BERLIN (Reuters) – German Finance Minister Olaf Scholz said lawmakers need to quickly determine how to tighten regulation in the wake of an accounting scandal at payments company Wirecard that has tarnished the reputation of Germany’s financial watchdog.
The Wirecard case “raises critical questions about supervision of the company, in particular with regards to accounting and balance sheet control,” Scholz told Reuters on Tuesday.
“It appears that neither auditors nor regulators were effective here,” he added.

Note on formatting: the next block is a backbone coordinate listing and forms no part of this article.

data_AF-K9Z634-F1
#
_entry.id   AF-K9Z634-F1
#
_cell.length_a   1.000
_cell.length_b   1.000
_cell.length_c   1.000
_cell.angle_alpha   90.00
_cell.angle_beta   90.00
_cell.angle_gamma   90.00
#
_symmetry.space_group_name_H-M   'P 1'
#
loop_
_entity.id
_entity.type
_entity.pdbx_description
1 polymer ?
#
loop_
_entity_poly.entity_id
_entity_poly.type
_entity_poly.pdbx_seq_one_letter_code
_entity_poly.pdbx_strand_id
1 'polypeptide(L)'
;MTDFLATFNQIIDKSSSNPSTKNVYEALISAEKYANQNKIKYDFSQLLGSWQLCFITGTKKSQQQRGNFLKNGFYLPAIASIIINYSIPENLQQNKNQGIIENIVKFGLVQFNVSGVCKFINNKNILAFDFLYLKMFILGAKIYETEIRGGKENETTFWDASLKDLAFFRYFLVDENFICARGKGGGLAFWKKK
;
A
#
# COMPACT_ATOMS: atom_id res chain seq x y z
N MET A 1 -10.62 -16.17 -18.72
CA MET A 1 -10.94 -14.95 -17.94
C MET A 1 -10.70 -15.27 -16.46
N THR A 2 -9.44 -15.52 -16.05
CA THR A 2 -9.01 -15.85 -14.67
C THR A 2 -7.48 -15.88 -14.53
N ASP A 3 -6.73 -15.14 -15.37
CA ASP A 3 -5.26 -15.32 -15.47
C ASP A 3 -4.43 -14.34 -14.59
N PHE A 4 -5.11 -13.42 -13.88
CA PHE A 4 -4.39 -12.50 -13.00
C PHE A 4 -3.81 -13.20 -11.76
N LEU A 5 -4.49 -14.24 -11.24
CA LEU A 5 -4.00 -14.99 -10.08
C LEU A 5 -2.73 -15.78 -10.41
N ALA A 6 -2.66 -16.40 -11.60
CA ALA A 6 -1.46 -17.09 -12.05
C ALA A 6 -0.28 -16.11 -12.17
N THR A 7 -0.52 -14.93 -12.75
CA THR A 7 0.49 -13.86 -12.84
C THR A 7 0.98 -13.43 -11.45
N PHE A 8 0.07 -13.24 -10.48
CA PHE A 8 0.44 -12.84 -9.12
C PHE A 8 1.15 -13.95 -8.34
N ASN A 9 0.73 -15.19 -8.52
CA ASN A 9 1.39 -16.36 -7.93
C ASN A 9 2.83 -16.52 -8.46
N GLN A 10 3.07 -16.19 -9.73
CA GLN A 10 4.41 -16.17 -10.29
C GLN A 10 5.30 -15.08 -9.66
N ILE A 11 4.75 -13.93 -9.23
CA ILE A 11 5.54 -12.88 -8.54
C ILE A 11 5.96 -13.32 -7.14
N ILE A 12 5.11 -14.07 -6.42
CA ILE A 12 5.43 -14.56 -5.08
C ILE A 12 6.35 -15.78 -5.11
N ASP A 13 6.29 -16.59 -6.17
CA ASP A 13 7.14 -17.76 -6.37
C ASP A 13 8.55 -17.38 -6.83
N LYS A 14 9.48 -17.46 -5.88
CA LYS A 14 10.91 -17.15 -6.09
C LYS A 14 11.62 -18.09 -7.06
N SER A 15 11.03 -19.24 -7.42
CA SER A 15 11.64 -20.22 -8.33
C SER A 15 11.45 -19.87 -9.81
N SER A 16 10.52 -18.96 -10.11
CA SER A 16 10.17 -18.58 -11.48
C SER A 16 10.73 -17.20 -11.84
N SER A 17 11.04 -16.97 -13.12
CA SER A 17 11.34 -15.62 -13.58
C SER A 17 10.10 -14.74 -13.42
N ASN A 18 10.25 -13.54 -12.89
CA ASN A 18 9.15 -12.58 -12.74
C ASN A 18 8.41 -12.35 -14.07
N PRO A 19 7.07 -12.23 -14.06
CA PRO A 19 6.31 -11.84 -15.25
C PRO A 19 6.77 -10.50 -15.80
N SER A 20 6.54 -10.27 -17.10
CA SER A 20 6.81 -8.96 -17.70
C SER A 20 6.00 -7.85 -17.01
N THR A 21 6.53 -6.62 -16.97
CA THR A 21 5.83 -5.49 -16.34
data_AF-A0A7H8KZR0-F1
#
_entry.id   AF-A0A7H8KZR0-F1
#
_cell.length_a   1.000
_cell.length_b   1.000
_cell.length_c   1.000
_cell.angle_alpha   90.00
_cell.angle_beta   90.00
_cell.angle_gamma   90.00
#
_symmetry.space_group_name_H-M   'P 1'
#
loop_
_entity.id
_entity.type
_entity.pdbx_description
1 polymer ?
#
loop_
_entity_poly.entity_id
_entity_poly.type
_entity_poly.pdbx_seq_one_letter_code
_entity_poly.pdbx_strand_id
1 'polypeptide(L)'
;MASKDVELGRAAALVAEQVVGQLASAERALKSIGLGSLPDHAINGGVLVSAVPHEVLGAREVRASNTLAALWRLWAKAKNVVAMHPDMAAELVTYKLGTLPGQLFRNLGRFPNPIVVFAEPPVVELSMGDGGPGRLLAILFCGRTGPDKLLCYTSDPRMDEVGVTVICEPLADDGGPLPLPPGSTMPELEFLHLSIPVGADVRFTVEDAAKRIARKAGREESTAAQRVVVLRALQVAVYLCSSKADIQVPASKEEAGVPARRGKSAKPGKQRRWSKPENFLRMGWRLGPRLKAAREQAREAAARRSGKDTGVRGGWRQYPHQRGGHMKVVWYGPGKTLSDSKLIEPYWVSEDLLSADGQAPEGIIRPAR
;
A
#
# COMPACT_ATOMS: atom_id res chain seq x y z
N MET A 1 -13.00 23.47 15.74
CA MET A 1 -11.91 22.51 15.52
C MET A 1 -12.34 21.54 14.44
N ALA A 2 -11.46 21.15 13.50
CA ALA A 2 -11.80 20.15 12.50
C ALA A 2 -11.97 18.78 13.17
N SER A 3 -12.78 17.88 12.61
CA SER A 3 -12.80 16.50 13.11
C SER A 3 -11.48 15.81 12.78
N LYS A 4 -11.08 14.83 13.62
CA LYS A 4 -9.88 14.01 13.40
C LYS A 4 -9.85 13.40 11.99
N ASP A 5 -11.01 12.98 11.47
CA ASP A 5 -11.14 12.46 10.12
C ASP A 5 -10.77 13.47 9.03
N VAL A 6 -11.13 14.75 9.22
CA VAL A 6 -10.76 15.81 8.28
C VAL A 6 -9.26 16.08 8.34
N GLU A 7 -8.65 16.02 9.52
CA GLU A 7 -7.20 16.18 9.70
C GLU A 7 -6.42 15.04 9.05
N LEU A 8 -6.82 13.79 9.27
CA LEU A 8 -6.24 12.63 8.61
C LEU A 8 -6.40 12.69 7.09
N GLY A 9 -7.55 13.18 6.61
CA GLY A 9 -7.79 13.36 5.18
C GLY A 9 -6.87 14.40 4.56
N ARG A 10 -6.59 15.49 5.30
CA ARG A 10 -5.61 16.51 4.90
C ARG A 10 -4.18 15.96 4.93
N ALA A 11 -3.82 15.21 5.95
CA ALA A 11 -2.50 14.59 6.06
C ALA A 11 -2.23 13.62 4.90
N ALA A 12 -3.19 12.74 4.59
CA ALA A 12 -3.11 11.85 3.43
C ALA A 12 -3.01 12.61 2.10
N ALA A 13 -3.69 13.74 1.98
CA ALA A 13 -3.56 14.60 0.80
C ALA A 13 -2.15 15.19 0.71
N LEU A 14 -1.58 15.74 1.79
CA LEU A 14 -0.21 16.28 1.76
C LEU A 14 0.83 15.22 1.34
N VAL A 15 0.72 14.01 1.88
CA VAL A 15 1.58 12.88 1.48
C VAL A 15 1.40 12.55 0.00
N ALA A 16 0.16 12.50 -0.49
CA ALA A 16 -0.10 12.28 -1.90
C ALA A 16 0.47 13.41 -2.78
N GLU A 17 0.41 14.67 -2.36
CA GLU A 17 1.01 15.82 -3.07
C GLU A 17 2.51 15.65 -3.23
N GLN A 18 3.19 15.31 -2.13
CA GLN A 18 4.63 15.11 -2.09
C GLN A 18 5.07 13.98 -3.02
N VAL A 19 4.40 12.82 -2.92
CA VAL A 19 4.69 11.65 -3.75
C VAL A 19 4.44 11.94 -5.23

The comments were an about-face from a brief statement he made on Monday, in which he said regulators had worked hard and done their job.
Wirecard had said on Monday that 1.9 billion euros ($2.15 billion) it had booked in its accounts likely never existed, a black hole that has led to the arrest of its chief executive and that threatens to engulf the company.
Scholz said that any mistakes made by financial watchdog Bafin in the supervision of Wirecard “now need to be identified and eliminated quickly”.
“And we need to quickly determine what changes are needed to regulatory rules in order to oversee complex corporate structures comprehensively, promptly and quickly,” he said.
(Writing by Michael Nienaber and Maria Sheahan; editing by Thomas Seythal and Madeline Chambers)